The Blue Salt Road by Joanne Harris
Illustrated by Bonnie Helen Hawkins
Published November 15th by Gollancz
An earthly nourris sits and sings
And aye she sings, “Ba lilly wean,
Little ken I my bairn’s father,
Far less the land that he staps in.
(Child Ballad, no. 113)
So begins a stunning tale of love, loss and revenge, against a powerful backdrop of adventure on the high seas, and drama on the land. The Blue Salt Road balances passion and loss, love and violence and draws on nature and folklore to weave a stunning modern mythology around a nameless, wild young man.
Passion drew him to a new world, and trickery has kept him there – without his memories, separated from his own people. But as he finds his way in this dangerous new way of life, so he learns that his notions of home, and your people, might not be as fixed as he believed.
Beautifully illustrated by Bonnie Helen Hawkins, this is a stunning and original modern fairytale.
I was lucky enough to receive an advanced copy of this book from the publisher in exchange for an honest review. When I heard Joanne had written another book in the same vein as her 2017 release A Pocketful of Crows (which I reread and reviewed Tuesday) I was hugely excited! I fell in love with the wonderful prose contained inside the tale of a nameless wild girl of the travelling folk and we are met with a slightly different style, that is no less captivating for it, about a nameless, young selkie man entrapped by a young woman and it does not disappoint.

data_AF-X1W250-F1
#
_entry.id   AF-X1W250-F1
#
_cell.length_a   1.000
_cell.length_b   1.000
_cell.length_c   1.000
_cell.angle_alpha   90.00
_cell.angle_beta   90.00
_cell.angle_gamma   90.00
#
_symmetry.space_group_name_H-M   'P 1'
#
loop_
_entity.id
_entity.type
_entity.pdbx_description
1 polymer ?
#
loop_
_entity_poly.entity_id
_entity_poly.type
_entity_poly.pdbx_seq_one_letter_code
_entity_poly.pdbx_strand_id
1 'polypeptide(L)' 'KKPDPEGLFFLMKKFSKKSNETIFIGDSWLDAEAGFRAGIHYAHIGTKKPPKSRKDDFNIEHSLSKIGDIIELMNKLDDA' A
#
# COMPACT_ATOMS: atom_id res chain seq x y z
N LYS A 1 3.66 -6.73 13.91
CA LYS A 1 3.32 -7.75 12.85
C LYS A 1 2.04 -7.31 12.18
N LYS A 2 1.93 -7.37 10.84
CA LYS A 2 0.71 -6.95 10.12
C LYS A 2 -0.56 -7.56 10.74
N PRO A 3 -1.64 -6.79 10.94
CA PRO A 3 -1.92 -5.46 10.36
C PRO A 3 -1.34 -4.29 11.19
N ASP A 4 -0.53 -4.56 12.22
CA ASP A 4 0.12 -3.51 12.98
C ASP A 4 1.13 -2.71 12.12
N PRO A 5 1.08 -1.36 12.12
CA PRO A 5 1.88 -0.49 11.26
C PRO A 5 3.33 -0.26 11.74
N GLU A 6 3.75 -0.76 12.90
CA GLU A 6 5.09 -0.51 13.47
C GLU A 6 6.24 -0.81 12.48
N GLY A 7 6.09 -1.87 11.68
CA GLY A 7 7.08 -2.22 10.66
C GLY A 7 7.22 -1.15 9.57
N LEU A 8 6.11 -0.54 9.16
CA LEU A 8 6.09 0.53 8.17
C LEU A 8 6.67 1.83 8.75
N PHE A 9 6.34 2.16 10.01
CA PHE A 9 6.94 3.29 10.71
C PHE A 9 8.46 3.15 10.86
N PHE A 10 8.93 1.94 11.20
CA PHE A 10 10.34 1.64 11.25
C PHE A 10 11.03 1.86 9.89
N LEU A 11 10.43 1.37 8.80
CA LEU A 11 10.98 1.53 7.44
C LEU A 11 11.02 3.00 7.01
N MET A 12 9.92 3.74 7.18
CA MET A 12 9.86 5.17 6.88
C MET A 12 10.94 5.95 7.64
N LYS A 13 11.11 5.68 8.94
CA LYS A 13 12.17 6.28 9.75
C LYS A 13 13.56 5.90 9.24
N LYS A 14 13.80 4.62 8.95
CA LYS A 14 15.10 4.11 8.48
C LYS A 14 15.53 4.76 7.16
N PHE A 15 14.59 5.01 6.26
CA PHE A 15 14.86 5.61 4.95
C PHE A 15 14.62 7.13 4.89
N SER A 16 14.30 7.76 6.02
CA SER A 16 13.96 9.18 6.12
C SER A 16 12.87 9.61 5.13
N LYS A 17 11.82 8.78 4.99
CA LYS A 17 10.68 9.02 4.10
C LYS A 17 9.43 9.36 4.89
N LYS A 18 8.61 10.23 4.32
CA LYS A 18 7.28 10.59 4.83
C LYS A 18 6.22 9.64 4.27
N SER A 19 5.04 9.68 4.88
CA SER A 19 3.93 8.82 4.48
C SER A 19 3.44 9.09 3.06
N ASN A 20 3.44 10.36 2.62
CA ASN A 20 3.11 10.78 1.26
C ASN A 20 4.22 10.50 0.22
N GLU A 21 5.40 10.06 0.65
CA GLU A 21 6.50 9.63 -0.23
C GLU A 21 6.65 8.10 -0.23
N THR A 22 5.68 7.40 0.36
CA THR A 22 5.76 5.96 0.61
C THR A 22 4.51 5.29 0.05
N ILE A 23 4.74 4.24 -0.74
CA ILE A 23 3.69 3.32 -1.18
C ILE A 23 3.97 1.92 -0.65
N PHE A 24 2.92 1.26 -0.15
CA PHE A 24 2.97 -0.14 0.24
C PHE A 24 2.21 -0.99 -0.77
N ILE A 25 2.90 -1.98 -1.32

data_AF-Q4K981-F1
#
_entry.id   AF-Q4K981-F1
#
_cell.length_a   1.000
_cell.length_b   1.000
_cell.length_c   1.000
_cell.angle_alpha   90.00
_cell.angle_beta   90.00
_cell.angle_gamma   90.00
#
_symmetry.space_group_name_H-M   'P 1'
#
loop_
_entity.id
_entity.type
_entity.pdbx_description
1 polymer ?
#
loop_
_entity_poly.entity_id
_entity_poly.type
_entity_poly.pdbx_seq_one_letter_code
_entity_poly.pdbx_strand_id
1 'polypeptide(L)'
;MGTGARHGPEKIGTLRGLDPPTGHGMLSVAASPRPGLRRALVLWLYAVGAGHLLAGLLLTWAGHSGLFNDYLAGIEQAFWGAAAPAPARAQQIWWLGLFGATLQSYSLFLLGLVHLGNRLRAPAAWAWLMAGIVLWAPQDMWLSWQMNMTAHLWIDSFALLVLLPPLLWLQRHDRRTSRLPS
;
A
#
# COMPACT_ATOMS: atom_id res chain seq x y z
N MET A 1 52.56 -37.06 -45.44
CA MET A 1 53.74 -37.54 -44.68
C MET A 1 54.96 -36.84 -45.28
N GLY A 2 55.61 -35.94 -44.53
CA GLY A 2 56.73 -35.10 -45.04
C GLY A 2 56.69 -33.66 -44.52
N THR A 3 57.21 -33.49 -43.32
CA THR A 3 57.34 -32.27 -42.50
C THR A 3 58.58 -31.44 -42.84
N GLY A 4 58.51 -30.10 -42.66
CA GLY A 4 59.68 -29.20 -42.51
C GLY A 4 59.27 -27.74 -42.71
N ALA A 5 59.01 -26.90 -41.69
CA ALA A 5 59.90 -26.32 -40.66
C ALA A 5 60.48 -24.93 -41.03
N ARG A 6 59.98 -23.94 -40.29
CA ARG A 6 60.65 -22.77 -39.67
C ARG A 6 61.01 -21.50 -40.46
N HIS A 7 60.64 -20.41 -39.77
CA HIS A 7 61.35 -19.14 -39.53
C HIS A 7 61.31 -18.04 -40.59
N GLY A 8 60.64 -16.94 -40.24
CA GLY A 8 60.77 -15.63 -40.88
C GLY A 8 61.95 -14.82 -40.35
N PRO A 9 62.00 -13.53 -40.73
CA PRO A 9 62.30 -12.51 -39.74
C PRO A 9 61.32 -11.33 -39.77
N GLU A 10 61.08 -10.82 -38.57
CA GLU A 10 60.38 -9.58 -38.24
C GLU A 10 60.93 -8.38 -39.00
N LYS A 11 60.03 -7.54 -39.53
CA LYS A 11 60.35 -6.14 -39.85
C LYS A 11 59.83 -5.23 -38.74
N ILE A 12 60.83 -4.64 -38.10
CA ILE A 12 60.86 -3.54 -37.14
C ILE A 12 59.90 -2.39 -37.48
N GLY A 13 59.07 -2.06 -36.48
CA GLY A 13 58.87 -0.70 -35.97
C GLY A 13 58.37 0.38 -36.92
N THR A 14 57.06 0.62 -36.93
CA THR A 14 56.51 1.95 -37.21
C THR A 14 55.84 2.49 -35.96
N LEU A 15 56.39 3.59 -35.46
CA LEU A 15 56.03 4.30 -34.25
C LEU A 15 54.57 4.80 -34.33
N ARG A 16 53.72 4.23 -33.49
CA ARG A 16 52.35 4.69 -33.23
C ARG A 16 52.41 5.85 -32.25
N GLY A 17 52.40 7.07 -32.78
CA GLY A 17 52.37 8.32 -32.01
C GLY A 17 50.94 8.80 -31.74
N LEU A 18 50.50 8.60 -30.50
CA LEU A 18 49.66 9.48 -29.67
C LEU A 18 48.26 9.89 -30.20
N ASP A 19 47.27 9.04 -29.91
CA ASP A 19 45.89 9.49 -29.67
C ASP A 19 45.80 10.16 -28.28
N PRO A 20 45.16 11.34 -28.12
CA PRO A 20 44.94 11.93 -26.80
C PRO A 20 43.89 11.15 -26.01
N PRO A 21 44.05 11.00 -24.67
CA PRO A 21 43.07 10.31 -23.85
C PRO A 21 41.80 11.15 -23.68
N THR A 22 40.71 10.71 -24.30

I read The Blue Salt Road in a few small sittings over a couple of days and it has been an absolute joy to read. Joanne has an innate talent to bring hope and compassion into even the darkest of tales and this book is no exception. I was pleasantly surprised with the number of twists and turns throughout, one problem that I think stories that read like old tales can often suffer from is predictability but with this book while feeling familiar is also refreshingly new and strangely relevant to the world we live in today despite being set in a different time.
The prose is in a different style to A Pocketful of Crows but like it’s predecessor it evokes it’s subject perfectly and you can almost feel the wind and the sea spray against your face as you read about the waves, the different types of whales and other sea life, Joanne has a remarkable and magical way of describing nature and it really works well in The Blue Salt Road. We are also once again we are treated to some absolutely gorgeous art throughout by illustrator Bonnie Hawkins helping, even more, to bring the story to life. It is also hard to really pin down a true villain despite many of the characters doing despicable things but this just helps to bring it in line with reality, this is a perfect example of a new, yet old tale and I would happily read more like this.